A class-action lawsuit claiming SkyWest Airlines systemically underpays its flight attendants was transferred Dec. 9 from a federal court district in California to Chicago federal court, joining a virtually identical class action already pending against the airline in the U.S. District Court for the Northern District of Illinois.
The defendants, St. George, Utah-based SkyWest Airlines and SkyWest Inc., are being represented by Amanda C. Sommerfeld and Bennett J. Kaspar, of Winston & Strawn LLP. The lawsuit, Case No. 15-CV-11117, was filed Nov. 9 in San Francisco federal court by a group of SkyWest flight attendants, identified in the complaint as named plaintiffs Cheryl Tapp, Renee Sitavich, Sarah Hudson, Brandon Colson and Bruno Lozano. They were represented by Eric H. Gibbs, Dylan Hughes and Steve Lopez of Girard Gibbs LLP, Gregory F. Coleman and Lisa A. White of Greg Coleman Law, PC, and Edward A. Wallace and Amy E. Keller of Wexler Wallace LLP.
On Nov. 27, the attorneys for SkyWest filed a motion to transfer venue pursuant to the “first to file” rule, noting the California version of the lawsuit against SkyWest was a “copycat action,” echoing the allegations and complaints leveled by plaintiffs in the litigation pending against SkyWest in Chicago.
That case, which was filed in March and is docketed as 1:15-cv-02036 Hirst et al v. Skywest Airlines, Inc. et al, is awaiting a decision by U.S. District Judge John J. Tharp Jr. on a motion to dismiss brought by the defendants in July.
The plaintiffs in the California lawsuit did not oppose the transfer to Illinois, which was approved Dec. 9 by U.S. District Judge Maxine M. Chesney.
At the heart of the lawsuits is the plaintiffs’ claim that SkyWest flight attendants are required to work far more hours than those for which they are paid. According to the lawsuits, SkyWest and the Federal Aviation Administration both require flight attendants to be responsible for a number of pre-flight and post-flight tasks, requiring them to arrive up to an hour before their scheduled flight and often causing them to continue working long after the last passenger has left the plane. SkyWest flight attendants, however, are only paid from the time the cabin door closes at the beginning of the flight to 15 minutes after the last passenger has left the plane, according to the lawsuits.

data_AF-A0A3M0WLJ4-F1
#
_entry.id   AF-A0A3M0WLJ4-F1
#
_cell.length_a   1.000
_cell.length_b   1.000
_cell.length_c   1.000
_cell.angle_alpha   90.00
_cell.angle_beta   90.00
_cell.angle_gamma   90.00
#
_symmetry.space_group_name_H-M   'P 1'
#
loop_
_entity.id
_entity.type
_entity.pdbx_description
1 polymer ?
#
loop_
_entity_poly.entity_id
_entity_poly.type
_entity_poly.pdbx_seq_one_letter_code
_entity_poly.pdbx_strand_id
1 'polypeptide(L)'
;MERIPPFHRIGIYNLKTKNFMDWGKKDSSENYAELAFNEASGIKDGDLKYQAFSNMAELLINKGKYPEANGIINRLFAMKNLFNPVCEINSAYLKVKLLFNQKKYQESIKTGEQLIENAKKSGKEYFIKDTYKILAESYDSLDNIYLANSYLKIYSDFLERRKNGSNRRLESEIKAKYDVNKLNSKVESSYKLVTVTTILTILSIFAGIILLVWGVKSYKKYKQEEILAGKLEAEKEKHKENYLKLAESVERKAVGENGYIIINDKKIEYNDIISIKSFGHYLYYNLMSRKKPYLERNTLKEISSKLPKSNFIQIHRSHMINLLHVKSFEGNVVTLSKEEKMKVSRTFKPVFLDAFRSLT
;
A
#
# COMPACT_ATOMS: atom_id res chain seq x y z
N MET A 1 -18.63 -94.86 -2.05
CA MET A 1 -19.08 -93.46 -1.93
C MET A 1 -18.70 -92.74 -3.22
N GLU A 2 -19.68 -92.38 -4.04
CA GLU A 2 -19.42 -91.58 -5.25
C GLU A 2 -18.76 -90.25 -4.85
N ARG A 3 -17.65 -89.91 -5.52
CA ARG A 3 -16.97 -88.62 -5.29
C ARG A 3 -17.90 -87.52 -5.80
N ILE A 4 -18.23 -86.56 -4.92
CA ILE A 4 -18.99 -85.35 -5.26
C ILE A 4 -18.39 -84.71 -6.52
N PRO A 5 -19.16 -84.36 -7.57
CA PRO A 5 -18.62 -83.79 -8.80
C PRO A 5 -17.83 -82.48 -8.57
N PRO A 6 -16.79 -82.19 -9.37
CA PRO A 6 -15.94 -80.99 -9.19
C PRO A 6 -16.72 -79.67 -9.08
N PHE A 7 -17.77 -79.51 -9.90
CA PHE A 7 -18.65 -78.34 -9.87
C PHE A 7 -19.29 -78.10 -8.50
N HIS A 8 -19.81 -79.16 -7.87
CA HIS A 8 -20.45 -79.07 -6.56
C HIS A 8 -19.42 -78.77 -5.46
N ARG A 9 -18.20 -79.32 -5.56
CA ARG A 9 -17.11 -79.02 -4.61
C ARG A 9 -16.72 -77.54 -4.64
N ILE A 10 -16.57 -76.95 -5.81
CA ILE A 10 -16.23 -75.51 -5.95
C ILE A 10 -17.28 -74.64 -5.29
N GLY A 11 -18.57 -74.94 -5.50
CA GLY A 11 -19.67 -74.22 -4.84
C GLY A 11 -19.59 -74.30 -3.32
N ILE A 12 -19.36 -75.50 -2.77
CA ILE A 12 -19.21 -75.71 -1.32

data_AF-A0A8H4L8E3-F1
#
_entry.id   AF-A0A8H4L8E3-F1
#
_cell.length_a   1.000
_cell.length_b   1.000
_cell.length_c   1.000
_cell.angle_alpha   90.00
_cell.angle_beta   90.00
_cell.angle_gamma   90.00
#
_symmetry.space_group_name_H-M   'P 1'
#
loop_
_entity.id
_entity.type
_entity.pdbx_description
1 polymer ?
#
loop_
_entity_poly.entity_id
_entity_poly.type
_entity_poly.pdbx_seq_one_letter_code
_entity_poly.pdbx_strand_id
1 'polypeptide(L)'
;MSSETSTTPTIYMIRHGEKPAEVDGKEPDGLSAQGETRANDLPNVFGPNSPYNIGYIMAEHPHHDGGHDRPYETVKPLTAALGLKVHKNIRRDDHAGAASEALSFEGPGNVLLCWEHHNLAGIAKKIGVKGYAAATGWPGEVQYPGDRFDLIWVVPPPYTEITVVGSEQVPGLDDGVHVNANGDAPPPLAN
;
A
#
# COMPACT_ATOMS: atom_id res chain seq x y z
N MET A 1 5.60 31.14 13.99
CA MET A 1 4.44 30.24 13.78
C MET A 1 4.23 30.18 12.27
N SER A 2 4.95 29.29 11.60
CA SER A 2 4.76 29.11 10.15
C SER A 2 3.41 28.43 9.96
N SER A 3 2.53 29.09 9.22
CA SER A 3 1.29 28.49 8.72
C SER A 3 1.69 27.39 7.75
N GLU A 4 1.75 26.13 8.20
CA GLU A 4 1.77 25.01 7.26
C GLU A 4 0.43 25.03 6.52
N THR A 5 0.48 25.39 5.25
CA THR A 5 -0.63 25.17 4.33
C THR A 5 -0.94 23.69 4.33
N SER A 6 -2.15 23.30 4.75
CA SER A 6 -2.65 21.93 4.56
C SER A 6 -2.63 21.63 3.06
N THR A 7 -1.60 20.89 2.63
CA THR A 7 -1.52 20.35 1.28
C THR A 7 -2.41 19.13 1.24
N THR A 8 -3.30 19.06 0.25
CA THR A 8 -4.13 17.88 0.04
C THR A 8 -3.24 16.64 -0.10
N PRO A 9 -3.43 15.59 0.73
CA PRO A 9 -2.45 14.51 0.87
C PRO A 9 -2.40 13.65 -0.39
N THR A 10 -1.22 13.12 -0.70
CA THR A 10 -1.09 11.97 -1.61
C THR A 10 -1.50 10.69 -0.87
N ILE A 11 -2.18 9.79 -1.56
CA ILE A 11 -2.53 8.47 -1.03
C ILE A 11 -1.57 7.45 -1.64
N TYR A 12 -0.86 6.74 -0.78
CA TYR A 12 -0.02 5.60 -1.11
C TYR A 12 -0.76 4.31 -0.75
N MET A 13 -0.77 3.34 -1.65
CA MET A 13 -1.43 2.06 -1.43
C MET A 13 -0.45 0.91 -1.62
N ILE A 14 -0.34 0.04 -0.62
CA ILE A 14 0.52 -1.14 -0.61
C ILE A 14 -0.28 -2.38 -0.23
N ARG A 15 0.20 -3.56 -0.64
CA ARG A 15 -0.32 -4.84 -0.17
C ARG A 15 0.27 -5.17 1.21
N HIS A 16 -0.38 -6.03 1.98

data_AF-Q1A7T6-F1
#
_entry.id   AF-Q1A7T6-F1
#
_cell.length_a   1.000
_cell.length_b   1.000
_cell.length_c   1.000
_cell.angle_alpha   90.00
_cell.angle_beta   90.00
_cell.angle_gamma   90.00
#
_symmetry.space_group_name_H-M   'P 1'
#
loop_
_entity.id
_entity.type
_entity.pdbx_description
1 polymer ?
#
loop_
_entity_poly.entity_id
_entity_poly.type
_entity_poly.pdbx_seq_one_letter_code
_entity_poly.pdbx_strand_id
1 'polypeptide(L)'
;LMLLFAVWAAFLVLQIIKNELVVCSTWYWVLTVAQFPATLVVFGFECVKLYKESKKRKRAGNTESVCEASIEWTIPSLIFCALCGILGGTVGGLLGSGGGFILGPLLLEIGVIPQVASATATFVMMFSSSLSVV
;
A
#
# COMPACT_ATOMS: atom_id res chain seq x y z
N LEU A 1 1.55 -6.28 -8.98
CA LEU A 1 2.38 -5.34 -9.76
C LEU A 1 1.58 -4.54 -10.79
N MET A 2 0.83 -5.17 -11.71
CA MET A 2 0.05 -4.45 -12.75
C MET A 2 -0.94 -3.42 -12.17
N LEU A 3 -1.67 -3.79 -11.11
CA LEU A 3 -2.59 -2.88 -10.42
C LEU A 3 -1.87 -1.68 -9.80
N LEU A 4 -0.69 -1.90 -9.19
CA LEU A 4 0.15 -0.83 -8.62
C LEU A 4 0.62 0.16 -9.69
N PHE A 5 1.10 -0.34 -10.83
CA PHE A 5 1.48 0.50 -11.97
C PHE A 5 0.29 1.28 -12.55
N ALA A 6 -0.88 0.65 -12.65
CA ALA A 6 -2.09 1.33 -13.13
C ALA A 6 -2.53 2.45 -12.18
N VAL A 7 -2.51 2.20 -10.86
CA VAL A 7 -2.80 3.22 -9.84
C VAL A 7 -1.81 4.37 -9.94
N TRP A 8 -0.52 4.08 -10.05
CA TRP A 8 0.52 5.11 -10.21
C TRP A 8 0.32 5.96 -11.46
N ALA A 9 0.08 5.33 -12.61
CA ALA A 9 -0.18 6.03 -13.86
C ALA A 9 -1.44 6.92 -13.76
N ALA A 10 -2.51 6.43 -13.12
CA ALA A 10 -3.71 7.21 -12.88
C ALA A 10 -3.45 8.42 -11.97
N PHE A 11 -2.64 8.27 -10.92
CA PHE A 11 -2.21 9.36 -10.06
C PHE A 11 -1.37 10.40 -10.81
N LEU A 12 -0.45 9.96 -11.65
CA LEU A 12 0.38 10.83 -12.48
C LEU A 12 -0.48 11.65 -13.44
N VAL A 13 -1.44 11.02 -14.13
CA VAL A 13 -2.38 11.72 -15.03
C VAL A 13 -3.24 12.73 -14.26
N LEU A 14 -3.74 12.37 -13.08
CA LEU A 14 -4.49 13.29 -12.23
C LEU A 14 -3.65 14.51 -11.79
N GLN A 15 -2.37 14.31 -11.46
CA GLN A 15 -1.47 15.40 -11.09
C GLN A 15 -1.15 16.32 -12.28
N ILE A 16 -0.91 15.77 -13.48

A sample schedule attached to the lawsuits shows that a flight attendant who was paid for 19 hours and 10 minutes of work over four days in 2012 allegedly actually put in 33 hours and 44 minutes of on-duty time in that same time period. All of the flight attendants’ on-duty time is recorded, though they are only paid for the block of time from a few minutes before the aircraft takes off to 15 minutes after the last passenger leaves, the complaints said.
“Although certain of flight attendants’ required work activities fall beyond the duty day, SkyWest does not acknowledge the time spent on these activities,” the California lawsuit stated. “Virtually every duty day for every flight attendant includes a significant amount of easily measurable uncompensated work time.”
The lawsuits said the flight attendants are also undercompensated when flight delays or gate changes cause last-minute changes to their schedules. And though they are required by both company policy and federal law to undertake specific training courses, they are only paid half their regular wage for the time SkyWest estimates it will take them to complete their training – even if the training course actually takes longer than estimated, according to court documents.
The lawsuit includes a nationwide opt-in class, plus several statewide opt-in classes. The statewide classes were to accommodate specific charges brought under minimum wage and labor laws in California, Arizona and Washington, and under wage and labor ordinances in San Francisco and Los Angeles.
The lawsuits have requested back pay for unpaid hours, liquidated damages, court costs, and a guarantee that flight attendants in the future will be paid for all duty time. The plaintiffs have also asked the court to issue an injunction forcing SkyWest to provide clearly written explanations to flight attendants in the future showing all required work hours and pay and redesigned pay stubs that clearly note what amounts are wages, what are reimbursements, and what are imputed income.